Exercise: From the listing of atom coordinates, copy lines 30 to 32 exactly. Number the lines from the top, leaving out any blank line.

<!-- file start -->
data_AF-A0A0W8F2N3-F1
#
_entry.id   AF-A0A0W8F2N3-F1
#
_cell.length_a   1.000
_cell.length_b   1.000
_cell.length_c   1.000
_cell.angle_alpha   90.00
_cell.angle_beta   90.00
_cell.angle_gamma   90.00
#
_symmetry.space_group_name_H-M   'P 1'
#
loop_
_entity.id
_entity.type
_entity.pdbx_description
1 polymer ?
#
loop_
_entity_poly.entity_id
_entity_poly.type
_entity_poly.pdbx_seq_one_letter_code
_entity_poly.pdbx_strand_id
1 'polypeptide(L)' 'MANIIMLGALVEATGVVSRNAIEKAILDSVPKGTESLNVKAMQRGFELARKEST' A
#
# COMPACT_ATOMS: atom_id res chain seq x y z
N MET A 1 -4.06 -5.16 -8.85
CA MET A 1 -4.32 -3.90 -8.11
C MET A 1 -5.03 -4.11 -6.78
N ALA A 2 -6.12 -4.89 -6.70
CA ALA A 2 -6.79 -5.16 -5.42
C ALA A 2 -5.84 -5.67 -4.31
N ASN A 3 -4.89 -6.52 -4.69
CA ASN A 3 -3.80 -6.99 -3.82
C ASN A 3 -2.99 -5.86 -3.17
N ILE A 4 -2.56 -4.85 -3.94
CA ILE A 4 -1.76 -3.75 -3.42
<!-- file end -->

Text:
C MET A 1 -5.03 -4.11 -6.78
N ALA A 2 -6.12 -4.89 -6.70
CA ALA A 2 -6.79 -5.16 -5.42